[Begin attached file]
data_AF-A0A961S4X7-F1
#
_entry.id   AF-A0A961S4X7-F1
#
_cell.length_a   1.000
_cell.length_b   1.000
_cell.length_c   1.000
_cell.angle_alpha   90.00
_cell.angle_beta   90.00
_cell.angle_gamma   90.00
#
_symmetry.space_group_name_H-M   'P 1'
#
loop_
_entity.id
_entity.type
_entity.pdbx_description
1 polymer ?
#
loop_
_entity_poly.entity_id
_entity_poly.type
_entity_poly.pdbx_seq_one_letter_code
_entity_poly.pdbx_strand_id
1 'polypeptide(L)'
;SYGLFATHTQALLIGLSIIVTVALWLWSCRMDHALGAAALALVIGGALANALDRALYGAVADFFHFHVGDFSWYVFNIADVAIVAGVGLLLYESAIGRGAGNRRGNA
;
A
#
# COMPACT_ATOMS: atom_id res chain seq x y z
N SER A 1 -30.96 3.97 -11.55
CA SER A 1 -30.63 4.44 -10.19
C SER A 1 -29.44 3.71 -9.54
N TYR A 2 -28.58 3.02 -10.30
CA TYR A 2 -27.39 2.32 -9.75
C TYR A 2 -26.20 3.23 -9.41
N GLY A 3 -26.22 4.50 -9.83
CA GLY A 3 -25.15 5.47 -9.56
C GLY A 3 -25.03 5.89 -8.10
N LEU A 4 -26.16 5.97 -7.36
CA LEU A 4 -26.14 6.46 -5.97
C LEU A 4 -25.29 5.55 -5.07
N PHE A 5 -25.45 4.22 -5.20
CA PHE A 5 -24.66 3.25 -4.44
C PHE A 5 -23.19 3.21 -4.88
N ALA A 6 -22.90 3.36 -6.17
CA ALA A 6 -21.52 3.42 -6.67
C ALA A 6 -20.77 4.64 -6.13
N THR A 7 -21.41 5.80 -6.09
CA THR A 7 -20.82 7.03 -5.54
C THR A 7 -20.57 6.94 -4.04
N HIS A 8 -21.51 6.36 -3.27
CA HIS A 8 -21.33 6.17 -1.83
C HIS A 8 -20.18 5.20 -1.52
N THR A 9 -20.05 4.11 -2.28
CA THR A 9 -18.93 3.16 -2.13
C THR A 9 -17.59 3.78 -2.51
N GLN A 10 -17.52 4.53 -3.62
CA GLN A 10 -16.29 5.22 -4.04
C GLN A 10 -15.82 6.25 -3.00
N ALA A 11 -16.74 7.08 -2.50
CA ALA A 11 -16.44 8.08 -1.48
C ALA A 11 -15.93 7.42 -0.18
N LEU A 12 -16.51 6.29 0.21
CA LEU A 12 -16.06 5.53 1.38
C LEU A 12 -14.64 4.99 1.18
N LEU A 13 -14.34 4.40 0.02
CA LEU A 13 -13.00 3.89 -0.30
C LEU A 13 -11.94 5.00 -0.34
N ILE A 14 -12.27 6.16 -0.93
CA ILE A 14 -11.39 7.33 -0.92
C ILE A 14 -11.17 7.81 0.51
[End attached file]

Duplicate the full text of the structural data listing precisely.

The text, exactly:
data_AF-A0A961S4X7-F1
#
_entry.id   AF-A0A961S4X7-F1
#
_cell.length_a   1.000
_cell.length_b   1.000
_cell.length_c   1.000
_cell.angle_alpha   90.00
_cell.angle_beta   90.00
_cell.angle_gamma   90.00
#
_symmetry.space_group_name_H-M   'P 1'
#
loop_
_entity.id
_entity.type
_entity.pdbx_description
1 polymer ?
#
loop_
_entity_poly.entity_id
_entity_poly.type
_entity_poly.pdbx_seq_one_letter_code
_entity_poly.pdbx_strand_id
1 'polypeptide(L)'
;SYGLFATHTQALLIGLSIIVTVALWLWSCRMDHALGAAALALVIGGALANALDRALYGAVADFFHFHVGDFSWYVFNIADVAIVAGVGLLLYESAIGRGAGNRRGNA
;
A
#
# COMPACT_ATOMS: atom_id res chain seq x y z
N SER A 1 -30.96 3.97 -11.55
CA SER A 1 -30.63 4.44 -10.19
C SER A 1 -29.44 3.71 -9.54
N TYR A 2 -28.58 3.02 -10.30
CA TYR A 2 -27.39 2.32 -9.75
C TYR A 2 -26.20 3.23 -9.41
N GLY A 3 -26.22 4.50 -9.83
CA GLY A 3 -25.15 5.47 -9.56
C GLY A 3 -25.03 5.89 -8.10
N LEU A 4 -26.16 5.97 -7.36
CA LEU A 4 -26.14 6.46 -5.97
C LEU A 4 -25.29 5.55 -5.07
N PHE A 5 -25.45 4.22 -5.20
CA PHE A 5 -24.66 3.25 -4.44
C PHE A 5 -23.19 3.21 -4.88
N ALA A 6 -22.90 3.36 -6.17
CA ALA A 6 -21.52 3.42 -6.67
C ALA A 6 -20.77 4.64 -6.13
N THR A 7 -21.41 5.80 -6.09
CA THR A 7 -20.82 7.03 -5.54
C THR A 7 -20.57 6.94 -4.04
N HIS A 8 -21.51 6.36 -3.27
CA HIS A 8 -21.33 6.17 -1.83
C HIS A 8 -20.18 5.20 -1.52
N THR A 9 -20.05 4.11 -2.28
CA THR A 9 -18.93 3.16 -2.13
C THR A 9 -17.59 3.78 -2.51
N GLN A 10 -17.52 4.53 -3.62
CA GLN A 10 -16.29 5.22 -4.04
C GLN A 10 -15.82 6.25 -3.00
N ALA A 11 -16.74 7.08 -2.50
CA ALA A 11 -16.44 8.08 -1.48
C ALA A 11 -15.93 7.42 -0.18
N LEU A 12 -16.51 6.29 0.21
CA LEU A 12 -16.06 5.53 1.38
C LEU A 12 -14.64 4.99 1.18
N LEU A 13 -14.34 4.40 0.02
CA LEU A 13 -13.00 3.89 -0.30
C LEU A 13 -11.94 5.00 -0.34
N ILE A 14 -12.27 6.16 -0.93
CA ILE A 14 -11.39 7.33 -0.92
C ILE A 14 -11.17 7.81 0.51